Exercise medicine has revolutionised cancer care over the past decade with researchers demonstrating truly powerful benefits.
For more than 15 years ECU’s Exercise Medicine Research Institute has been at the forefront of the science and clinical practice behind exercise oncology.
Now, an ECU research team led by Professor Daniel Galvão has published the most convincing evidence to date that exercise doesn’t just have physical benefits for people with cancer.
The study, published in the Nature journal Prostate Cancer and Prostatic Diseases, is the first randomised control trial to examine the long-term effects of different exercise modalities on psychological distress of men with prostate cancer undergoing androgen deprivation therapy.
With up to one in four men experiencing anxiety either before or after prostate cancer treatment and up to one in five reporting depression, the need for holistic cancer care has never been greater.
According to Professor Galvão, exercise could be a simple way to improve symptoms of distress in men with prostate cancer.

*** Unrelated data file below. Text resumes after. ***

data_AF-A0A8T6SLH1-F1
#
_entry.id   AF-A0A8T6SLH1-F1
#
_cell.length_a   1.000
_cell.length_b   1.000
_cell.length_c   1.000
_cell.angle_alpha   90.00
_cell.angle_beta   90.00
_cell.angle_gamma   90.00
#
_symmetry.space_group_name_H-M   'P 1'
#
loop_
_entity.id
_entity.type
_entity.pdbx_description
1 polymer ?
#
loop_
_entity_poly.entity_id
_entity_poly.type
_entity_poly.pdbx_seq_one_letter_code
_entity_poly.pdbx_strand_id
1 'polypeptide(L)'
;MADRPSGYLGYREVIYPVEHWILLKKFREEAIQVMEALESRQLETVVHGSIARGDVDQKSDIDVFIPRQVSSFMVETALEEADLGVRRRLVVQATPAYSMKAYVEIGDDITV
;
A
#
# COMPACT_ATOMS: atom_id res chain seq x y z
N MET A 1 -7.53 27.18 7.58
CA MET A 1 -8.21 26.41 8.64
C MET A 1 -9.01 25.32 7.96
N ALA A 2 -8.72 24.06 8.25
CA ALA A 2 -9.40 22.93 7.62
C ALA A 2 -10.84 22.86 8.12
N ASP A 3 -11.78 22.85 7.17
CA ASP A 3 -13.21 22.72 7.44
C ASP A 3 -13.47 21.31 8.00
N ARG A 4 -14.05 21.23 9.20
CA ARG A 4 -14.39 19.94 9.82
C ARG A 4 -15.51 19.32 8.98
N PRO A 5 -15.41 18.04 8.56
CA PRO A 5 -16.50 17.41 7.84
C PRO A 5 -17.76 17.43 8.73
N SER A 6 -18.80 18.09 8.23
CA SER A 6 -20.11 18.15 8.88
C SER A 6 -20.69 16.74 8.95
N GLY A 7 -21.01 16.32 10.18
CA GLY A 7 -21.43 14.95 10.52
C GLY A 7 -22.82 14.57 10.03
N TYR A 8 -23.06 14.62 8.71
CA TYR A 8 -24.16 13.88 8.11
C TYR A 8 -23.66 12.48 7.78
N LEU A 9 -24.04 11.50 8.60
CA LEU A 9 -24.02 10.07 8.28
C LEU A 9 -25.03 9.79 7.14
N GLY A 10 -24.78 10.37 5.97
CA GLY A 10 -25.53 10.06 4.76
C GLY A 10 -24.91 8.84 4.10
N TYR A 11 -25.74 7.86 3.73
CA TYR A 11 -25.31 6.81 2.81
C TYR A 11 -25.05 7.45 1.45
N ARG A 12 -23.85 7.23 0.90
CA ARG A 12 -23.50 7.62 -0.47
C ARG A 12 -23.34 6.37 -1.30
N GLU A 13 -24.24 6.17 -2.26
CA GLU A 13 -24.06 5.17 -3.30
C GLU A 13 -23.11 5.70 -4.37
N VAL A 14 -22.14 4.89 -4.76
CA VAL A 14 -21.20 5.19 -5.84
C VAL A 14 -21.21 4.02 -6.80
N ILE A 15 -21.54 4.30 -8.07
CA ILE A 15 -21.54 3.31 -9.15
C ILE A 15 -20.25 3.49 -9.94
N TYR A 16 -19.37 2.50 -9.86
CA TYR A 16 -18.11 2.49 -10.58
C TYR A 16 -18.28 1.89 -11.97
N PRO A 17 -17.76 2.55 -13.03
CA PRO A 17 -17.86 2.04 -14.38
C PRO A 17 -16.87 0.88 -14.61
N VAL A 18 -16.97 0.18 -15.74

"We've known about the physical benefits of exercise for cancer patients for some time, but our recent findings are the first to support the long-term positive effects on psychological distress of men with prostate cancer," Professor Galvão said.
"Whether you do aerobic exercise or resistance exercise it doesn’t matter, as long as it’s at moderate to high intensity, it’s beneficial for reducing symptoms of depression and anxiety."
The research is part of the $2.5 million Centre for Research Excellence in Prostate Cancer Survivorship, funded through a National Health and Medical Research Council (NHMRC) grant. The Centre is a collaboration between ECU, Griffith University, Cancer Council Queensland, Cancer Council NSW, Monash University, University of Adelaide and the University of Queensland.
Fortifying primary treatments
ECU's Exercise Medicine Research Institute is also leading an investigation into the potential for exercise to improve the effectiveness of radiotherapy treatment in men with prostate cancer.
The study is examining the effects of exercise on blood flow and oxygen levels in tumours of the prostate. A recent paper of this work is published in Prostate Cancer and Prostatic Diseases.
Radiotherapy is one of the main forms of treatment for prostate cancer. Around 40 per cent of prostate cancer patients aged over 65 receive radiotherapy as their primary treatment.
"Prostate tumours have many abnormal blood vessels that restrict the delivery of oxygen to parts of the tumour. This lack of oxygen can make cancer cells resistant to radiation damage and limits the effectiveness of the treatment," said Professor Galvão.
"We are examining if exercise can increase oxygen to tumours, which actually enhances the capacity of radiotherapy to destroy the cancer cells."